Wednesday, November 2, 2011

Character Development

Greetings everyone, and welcome to my first post on the AGS Blog!

I was brought on board to help with the general game, industry and forum based stuff, but also to do articles about game development and writing a good game. I’m going to focus this article on a very important aspect of writing/creating a good adventure game: character development!

Without characters that are well developed, the game becomes tedious for the player. Who cares whether Jack climbs the beanstalk and defeats the giant if he has the personality of a cardboard box? It is when the player builds a ‘relationship’ with the characters in the game, and come to actually care about what happens to them, that the most immersion happens and the game seems to take on a life of its own. It is in these instances that an adventure game can really shine.

I did a lot of research on this topic in 2009 when I released Murran 2 and a lot of the reviews come back saying the game lacked any real character development. I made sure when the sequel was released this year that I had spent as much time as possible trying to turn the pixels on the screen into a living, breathing person with feelings, desires and motivations. I would like to think I accomplished this task, and here are some tips I can share for developing a character:

Make sure before you begin writing any dialog that you plan out each character. What are their back-stories? What happened to them in the past to make them the way they are now? What motivates them? Do they desire money? Fame? Power? Are they just a drug addict willing to do anything for their next fix of drugs? Make sure the back-story for the character SUPPORTS and helps along the flow of the game.

Delve further into the character… Do they have any pet peeves? Does something really irritate them? What is their daily schedule like? If they are a busy person, maybe their character will always be in a rush. Maybe they will be forgetful because they are always rushing around.

When you write dialog, write it “as” the character. Put yourself into the shoes of that character, and design the speech and behavior as that person would. Keep in mind their history, desires, quirks and their feelings on things.

Make your character question themselves. Some good drama can be had by introducing a twist which can cause the character to question who they are.

One arc or two? There is the arc of development which comes over time as the characters experience things and learn. There is ALSO a more subtle arc that characters can experience as they SEE the other characters doing things. A good example of this is character A getting jealous of character B when they are seen going to visit character B’s ex-girlfriend. Character A is developing through the outer arc as he learns about the stolen jewelry she has, and Character B is developing through the inner arc as he perceives some kind of affair going on. It is unfounded, but he doesn’t know it.

Emotions. Learn the five stages of grief : Nothing ruins the immersion in a good game like characters who don’t have realistic responses to events. We all know that if someone is killed during a moment of high drama, the main character shouldn’t laugh. But what might not be so obvious is that the character, to be believable, should follow a staged and set path of dealing with this event. It shouldn’t be “I’m pissed off! “, then 10 minutes later be acting like nothing happened.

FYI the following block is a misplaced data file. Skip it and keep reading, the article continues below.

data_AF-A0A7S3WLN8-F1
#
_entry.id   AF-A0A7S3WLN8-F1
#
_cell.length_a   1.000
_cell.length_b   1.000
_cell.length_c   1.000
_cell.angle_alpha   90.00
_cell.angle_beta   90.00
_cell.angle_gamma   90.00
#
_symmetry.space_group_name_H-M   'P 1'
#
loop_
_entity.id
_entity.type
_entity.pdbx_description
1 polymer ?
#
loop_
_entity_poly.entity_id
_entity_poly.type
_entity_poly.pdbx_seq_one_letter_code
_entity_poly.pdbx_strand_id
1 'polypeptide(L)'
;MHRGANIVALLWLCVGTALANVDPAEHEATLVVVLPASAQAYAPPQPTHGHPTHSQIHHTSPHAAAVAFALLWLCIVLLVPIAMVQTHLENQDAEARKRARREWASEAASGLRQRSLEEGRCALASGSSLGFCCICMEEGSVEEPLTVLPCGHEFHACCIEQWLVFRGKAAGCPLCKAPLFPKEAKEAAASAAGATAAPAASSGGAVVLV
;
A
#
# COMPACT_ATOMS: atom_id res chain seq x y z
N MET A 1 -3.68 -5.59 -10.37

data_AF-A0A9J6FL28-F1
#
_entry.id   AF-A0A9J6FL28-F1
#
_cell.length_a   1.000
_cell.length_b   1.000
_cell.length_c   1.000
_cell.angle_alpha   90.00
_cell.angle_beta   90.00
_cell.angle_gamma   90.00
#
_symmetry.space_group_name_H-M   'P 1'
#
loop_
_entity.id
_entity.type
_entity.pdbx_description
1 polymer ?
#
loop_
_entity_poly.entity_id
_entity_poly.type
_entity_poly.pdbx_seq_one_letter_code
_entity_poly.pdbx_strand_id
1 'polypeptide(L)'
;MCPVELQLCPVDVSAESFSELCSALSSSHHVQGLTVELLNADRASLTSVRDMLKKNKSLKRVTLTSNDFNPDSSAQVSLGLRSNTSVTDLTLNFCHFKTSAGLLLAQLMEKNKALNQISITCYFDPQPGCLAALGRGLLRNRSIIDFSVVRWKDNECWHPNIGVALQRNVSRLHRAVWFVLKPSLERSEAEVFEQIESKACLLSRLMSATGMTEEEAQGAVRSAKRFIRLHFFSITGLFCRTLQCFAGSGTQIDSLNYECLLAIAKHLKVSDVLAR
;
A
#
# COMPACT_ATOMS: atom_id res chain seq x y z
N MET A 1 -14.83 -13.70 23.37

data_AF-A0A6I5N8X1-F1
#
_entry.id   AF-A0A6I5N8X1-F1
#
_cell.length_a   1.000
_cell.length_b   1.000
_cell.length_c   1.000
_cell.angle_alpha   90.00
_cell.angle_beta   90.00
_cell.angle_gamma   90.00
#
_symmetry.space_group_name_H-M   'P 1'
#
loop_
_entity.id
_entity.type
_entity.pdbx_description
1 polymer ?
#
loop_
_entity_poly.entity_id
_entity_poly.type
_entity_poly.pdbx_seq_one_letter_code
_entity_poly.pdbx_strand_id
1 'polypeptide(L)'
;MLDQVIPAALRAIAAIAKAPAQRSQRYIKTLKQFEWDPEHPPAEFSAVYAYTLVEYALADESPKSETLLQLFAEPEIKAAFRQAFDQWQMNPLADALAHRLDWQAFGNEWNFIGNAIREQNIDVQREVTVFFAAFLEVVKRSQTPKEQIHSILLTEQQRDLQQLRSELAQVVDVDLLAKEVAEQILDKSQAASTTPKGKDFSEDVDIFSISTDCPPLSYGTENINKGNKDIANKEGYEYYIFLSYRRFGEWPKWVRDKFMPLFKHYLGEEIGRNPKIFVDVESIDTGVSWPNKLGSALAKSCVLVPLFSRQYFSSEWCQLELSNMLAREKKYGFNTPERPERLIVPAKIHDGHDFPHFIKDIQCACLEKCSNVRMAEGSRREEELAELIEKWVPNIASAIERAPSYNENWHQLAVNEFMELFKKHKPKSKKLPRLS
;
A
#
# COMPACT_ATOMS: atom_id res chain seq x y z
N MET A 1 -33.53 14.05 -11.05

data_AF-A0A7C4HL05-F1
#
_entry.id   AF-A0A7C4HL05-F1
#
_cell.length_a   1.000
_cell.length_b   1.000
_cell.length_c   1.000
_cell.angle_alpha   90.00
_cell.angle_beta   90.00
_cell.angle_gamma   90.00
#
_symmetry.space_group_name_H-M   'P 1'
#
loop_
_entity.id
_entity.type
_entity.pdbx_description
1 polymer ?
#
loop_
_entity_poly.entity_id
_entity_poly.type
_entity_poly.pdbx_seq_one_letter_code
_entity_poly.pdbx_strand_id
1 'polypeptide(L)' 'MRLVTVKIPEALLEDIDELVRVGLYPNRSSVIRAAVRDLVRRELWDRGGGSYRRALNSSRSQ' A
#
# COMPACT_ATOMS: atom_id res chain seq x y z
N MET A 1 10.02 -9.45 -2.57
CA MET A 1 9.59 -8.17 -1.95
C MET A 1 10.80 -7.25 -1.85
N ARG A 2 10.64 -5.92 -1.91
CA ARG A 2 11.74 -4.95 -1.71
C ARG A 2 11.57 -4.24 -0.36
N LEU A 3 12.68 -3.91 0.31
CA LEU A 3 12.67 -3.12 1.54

So to sum it all up, there is a lot that goes into character development, and well developed characters will make for a more fun and immersive game for the person playing it.


  1. Fantastic post. I've never really thought about it explicitly, but you're absolutely right about the importance of backstory. I find that I almost create entire lives for my characters, and then I choose what to reveal for this particular story/game. The story then becomes a window into their already established lives. It really helps to give the character depth.

    On the other hand, I've had feedback that this method really creates confusion sometimes, because the character might do something that in my mind makes perfect sense - but might be utterly baffling to my audience. This is usually because I'm holding some nugget of information about that character that I either neglected to mention in the story, or gave insufficient hints about. Show, don't tell doesn't always work out the way you want it to... but I guess that takes practice, and that's what separates the mediocre character writers from the really great ones.

  2. I feel compelled to point out that the stages of grief were never intended to be used the way you and most other people use them. They are not in any way, shape, or form supposed to be a checklist of the "proper" emotions to go through after a loss. They are simply an observation of common reactions. Everyone will react differently, both in what stages they experience and what order they experience them. So, no, "the character, to be believable, should follow a staged and set path of dealing with this event" is not accurate. The character should react according to his or her personality and his or her relationship with who/whatever has been lost. (Sorry, took a Death, Dying and Grief class and ever since then I've not been able to see someone talk about the stages of grief without correcting them.)

    Otherwise, a lot of good points! I especially like your observation that the character's backstory should support the game, as failing to do that almost always makes the backstory feel tacked on and irrelevant.


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